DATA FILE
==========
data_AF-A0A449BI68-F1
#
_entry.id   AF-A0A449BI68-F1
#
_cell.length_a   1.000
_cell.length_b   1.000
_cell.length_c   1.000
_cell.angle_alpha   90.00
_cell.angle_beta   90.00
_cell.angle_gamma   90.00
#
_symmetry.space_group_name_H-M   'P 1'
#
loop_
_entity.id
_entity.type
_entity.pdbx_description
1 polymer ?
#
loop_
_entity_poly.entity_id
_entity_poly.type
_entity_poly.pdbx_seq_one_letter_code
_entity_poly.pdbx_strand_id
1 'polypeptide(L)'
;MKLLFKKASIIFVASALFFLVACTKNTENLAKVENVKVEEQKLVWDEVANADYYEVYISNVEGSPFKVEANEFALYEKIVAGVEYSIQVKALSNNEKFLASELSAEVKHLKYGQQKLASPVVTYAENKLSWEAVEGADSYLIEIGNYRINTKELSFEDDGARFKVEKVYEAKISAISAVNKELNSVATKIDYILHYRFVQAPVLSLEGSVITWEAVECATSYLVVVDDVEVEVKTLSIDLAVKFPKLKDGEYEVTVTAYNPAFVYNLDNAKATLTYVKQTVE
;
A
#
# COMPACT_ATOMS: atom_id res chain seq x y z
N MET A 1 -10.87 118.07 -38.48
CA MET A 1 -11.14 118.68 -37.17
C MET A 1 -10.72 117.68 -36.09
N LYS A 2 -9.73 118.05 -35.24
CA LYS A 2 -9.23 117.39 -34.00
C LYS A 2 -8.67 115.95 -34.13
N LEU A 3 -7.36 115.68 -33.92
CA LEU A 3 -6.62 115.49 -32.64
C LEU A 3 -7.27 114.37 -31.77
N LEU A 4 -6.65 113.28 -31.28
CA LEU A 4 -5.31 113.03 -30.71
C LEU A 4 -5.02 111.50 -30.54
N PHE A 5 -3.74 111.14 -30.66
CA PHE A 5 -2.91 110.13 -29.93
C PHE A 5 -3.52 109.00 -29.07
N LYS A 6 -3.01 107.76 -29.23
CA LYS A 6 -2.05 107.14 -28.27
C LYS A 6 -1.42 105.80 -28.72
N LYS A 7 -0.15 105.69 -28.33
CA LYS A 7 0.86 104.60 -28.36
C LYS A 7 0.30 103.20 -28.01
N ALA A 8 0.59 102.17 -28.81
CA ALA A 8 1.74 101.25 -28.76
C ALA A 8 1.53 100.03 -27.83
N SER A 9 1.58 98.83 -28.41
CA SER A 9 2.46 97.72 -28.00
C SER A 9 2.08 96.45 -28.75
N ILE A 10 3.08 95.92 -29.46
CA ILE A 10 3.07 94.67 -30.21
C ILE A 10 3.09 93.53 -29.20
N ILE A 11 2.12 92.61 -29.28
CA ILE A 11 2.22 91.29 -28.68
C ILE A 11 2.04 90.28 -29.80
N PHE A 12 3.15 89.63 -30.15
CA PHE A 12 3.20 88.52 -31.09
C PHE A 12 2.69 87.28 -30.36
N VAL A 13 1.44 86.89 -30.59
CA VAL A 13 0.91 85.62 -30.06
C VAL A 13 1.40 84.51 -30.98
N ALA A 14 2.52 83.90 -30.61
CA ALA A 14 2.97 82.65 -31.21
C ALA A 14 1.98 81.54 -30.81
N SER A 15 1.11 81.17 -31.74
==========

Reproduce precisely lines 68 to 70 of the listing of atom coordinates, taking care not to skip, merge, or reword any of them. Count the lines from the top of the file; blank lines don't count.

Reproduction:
CA VAL A 13 0.91 85.62 -30.06
C VAL A 13 1.40 84.51 -30.98
N ALA A 14 2.52 83.90 -30.61